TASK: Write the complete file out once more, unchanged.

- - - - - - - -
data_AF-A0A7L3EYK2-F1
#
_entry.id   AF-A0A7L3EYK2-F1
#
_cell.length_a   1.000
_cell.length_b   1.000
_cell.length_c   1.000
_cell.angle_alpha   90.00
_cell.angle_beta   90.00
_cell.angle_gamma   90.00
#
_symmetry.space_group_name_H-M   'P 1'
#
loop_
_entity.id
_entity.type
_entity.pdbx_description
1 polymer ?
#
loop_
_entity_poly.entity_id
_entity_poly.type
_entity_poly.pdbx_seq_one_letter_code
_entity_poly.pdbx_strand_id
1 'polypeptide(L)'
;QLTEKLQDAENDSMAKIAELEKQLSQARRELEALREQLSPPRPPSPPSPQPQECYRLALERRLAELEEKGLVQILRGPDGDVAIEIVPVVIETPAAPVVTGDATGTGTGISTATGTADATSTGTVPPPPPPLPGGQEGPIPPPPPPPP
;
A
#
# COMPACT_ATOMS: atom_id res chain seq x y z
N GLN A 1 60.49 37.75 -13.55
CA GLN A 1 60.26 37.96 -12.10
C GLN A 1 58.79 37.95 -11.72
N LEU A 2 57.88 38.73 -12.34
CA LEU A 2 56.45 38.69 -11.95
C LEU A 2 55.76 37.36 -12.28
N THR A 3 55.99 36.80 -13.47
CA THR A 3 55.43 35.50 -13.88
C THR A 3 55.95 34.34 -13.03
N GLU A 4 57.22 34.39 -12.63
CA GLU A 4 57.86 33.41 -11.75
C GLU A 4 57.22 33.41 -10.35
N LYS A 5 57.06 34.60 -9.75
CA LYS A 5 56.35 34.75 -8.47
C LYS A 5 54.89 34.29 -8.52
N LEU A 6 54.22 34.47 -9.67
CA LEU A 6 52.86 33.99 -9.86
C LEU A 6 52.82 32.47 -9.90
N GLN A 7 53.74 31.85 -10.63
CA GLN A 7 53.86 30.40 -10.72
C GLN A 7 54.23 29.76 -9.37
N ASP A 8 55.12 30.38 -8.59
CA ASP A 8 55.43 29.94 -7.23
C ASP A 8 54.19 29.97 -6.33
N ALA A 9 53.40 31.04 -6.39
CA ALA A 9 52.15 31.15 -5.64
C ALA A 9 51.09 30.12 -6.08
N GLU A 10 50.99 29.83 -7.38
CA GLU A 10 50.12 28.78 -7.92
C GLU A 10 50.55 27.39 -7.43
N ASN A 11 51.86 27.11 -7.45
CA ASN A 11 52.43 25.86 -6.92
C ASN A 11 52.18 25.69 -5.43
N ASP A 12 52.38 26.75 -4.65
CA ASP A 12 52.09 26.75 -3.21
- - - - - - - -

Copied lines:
data_AF-A0A7L3EYK2-F1
#
_entry.id   AF-A0A7L3EYK2-F1
#
_cell.length_a   1.000
_cell.length_b   1.000
_cell.length_c   1.000
_cell.angle_alpha   90.00
_cell.angle_beta   90.00
_cell.angle_gamma   90.00
#
_symmetry.space_group_name_H-M   'P 1'
#
loop_
_entity.id
_entity.type
_entity.pdbx_description
1 polymer ?
#
loop_
_entity_poly.entity_id
_entity_poly.type
_entity_poly.pdbx_seq_one_letter_code
_entity_poly.pdbx_strand_id
1 'polypeptide(L)'
;QLTEKLQDAENDSMAKIAELEKQLSQARRELEALREQLSPPRPPSPPSPQPQECYRLALERRLAELEEKGLVQILRGPDGDVAIEIVPVVIETPAAPVVTGDATGTGTGISTATGTADATSTGTVPPPPPPLPGGQEGPIPPPPPPPP
;
A
#
# COMPACT_ATOMS: atom_id res chain seq x y z
N GLN A 1 60.49 37.75 -13.55
CA GLN A 1 60.26 37.96 -12.10
C GLN A 1 58.79 37.95 -11.72
N LEU A 2 57.88 38.73 -12.34
CA LEU A 2 56.45 38.69 -11.95
C LEU A 2 55.76 37.36 -12.28
N THR A 3 55.99 36.80 -13.47
CA THR A 3 55.43 35.50 -13.88
C THR A 3 55.95 34.34 -13.03
N GLU A 4 57.22 34.39 -12.63
CA GLU A 4 57.86 33.41 -11.75
C GLU A 4 57.22 33.41 -10.35
N LYS A 5 57.06 34.60 -9.75
CA LYS A 5 56.35 34.75 -8.47
C LYS A 5 54.89 34.29 -8.52
N LEU A 6 54.22 34.47 -9.67
CA LEU A 6 52.86 33.99 -9.86
C LEU A 6 52.82 32.47 -9.90
N GLN A 7 53.74 31.85 -10.63
CA GLN A 7 53.86 30.40 -10.72
C GLN A 7 54.23 29.76 -9.37
N ASP A 8 55.12 30.38 -8.59
CA ASP A 8 55.43 29.94 -7.23
C ASP A 8 54.19 29.97 -6.33
N ALA A 9 53.40 31.04 -6.39
CA ALA A 9 52.15 31.15 -5.64
C ALA A 9 51.09 30.12 -6.08
N GLU A 10 50.99 29.83 -7.38
CA GLU A 10 50.12 28.78 -7.92
C GLU A 10 50.55 27.39 -7.43
N ASN A 11 51.86 27.11 -7.45
CA ASN A 11 52.43 25.86 -6.92
C ASN A 11 52.18 25.69 -5.43
N ASP A 12 52.38 26.75 -4.65
CA ASP A 12 52.09 26.75 -3.21